Although both merchants and issuers bear the risk of losing future business and damaging brand reputation following a dispute or chargeback, merchants see the bigger impact on their bottom line. Unfortunately for merchants, 63% of consumers decrease their patronage* when they have encountered a negative chargeback experience. This is significantly higher when compared with the decline in card usage experienced by issuers. 43% of consumers use their card less after a true fraud dispute and 39% for friendly fraud disputes*.
Some merchants resist arguing the chargeback and accept it as the cost of doing business, preferring instead to keep the consumer happy. On the other hand, forgive and forget might not always be best practice. Merchants generally bear significantly higher costs associated with the chargeback process. Fines, labour, lost goods, and refunds all combine to create inhibiting costs just to keep the consumer happy.
Collaboration is key to crack the chargeback process
To proactively reduce or even eliminate chargebacks, merchants need to rethink some of their existing processes. Merchants must remain vigilant against credit card fraud as part of best practices for consumer service to help ensure revenue protection and consumer retention. Additionally, innovations in the payment industry – such as solutions that facilitate better and more timely exchange of pertinent transaction or dispute data between the merchant and the issuer – can further reduce or resolve disputes more effectively, minimise the negative financial impacts of fraud and friendly fraud, and help retain more sales. Disputes only make their way to merchants a number of days after they have been raised by the consumer. Choosing a partner who can accelerate the dispute notification process can help merchants reduce their chargebacks, improve customer loyalty, and save lost sales.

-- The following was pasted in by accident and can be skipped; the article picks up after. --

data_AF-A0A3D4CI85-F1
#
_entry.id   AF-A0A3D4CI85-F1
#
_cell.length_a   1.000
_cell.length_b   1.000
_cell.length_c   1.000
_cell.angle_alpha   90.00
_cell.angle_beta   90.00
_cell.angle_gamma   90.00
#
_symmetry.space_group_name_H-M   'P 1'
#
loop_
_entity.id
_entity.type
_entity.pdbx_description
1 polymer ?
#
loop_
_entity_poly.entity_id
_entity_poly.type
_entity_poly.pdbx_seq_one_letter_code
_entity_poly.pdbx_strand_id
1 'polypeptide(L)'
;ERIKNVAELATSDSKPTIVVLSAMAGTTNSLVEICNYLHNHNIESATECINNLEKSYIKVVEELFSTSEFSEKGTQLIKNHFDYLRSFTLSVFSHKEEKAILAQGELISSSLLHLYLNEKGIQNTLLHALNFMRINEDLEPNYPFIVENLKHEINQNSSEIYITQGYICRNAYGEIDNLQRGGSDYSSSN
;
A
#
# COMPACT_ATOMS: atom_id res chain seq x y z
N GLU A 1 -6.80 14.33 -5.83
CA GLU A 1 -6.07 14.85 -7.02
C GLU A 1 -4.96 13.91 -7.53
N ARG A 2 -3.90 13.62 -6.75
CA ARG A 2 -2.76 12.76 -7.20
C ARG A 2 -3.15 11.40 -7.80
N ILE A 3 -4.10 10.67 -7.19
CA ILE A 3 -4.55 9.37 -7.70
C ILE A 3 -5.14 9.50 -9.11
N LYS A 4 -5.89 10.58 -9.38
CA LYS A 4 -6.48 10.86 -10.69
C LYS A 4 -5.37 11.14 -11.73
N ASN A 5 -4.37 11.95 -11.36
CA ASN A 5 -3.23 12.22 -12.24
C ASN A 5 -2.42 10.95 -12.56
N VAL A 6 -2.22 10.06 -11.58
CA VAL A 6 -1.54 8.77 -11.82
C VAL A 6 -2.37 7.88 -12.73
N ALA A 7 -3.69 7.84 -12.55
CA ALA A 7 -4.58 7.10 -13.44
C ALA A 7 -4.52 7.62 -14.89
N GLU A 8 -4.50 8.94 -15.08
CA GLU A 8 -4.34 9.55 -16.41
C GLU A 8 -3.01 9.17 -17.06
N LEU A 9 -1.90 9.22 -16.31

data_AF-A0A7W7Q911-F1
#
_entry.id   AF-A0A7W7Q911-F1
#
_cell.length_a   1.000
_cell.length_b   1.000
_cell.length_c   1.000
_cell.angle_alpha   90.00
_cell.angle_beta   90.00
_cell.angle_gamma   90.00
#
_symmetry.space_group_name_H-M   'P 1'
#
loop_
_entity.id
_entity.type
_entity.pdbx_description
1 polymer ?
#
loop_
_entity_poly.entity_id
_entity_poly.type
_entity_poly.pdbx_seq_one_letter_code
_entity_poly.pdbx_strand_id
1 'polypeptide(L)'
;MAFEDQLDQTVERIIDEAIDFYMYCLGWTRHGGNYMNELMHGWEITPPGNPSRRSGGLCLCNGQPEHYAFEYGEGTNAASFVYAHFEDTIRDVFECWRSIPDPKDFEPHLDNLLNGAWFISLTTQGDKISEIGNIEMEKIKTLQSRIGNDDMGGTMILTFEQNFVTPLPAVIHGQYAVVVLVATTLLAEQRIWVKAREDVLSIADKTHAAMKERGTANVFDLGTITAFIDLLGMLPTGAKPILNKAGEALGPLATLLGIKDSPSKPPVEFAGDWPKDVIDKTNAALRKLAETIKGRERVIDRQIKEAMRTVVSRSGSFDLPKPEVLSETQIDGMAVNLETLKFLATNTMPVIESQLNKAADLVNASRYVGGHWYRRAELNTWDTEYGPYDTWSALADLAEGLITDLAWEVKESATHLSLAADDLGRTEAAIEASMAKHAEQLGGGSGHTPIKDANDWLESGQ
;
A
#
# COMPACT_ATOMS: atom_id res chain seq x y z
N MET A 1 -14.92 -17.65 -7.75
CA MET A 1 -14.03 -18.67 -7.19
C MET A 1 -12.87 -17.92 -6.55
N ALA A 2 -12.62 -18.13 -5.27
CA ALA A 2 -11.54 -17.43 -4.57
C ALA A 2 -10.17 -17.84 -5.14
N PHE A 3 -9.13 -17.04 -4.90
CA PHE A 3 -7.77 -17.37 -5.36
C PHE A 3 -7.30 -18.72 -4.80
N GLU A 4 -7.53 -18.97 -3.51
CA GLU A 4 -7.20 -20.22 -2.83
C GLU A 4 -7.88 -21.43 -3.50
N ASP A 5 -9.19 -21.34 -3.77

Further still, changes that improve communication among merchants and issuers throughout the dispute process can help reduce chargebacks, freeing up funds and resources that can be better directed towards core business growth. Implementing steps, such as setting up clear billing descriptors and fostering better merchant-issuer collaboration, can improve consumer loyalty for merchant and issuer alike. Merchants can also implement a solution that facilitates real-time dispute notifications, to review and resolve disputes faster to reduce time, resources, and costs associated with the chargeback process.
It is in the interest of all parties along the payment chain – for issuers, acquirers, and merchants – to implement improved dispute practices. Consumers will remain loyal if they encounter a positive brand experience, and merchants and issuers can see improvements in their bottom line.
Exclusive: China’s Huawei, reeling from U.S. sanctions, plans foray into EVs – sources
By Julie Zhu and Yilei Sun
HONG KONG/BEIJING (Reuters) – China’s Huawei plans to make electric vehicles under its own brand and could launch some models this year, four sources said, as the world’s largest telecommunications equipment maker, battered by U.S. sanctions, explores a strategic shift.
Huawei Technologies Co Ltd is in talks with state-owned Changan Automobile and other automakers to use their car plants to make its electric vehicles (EVs), according to two of the people familiar with the matter.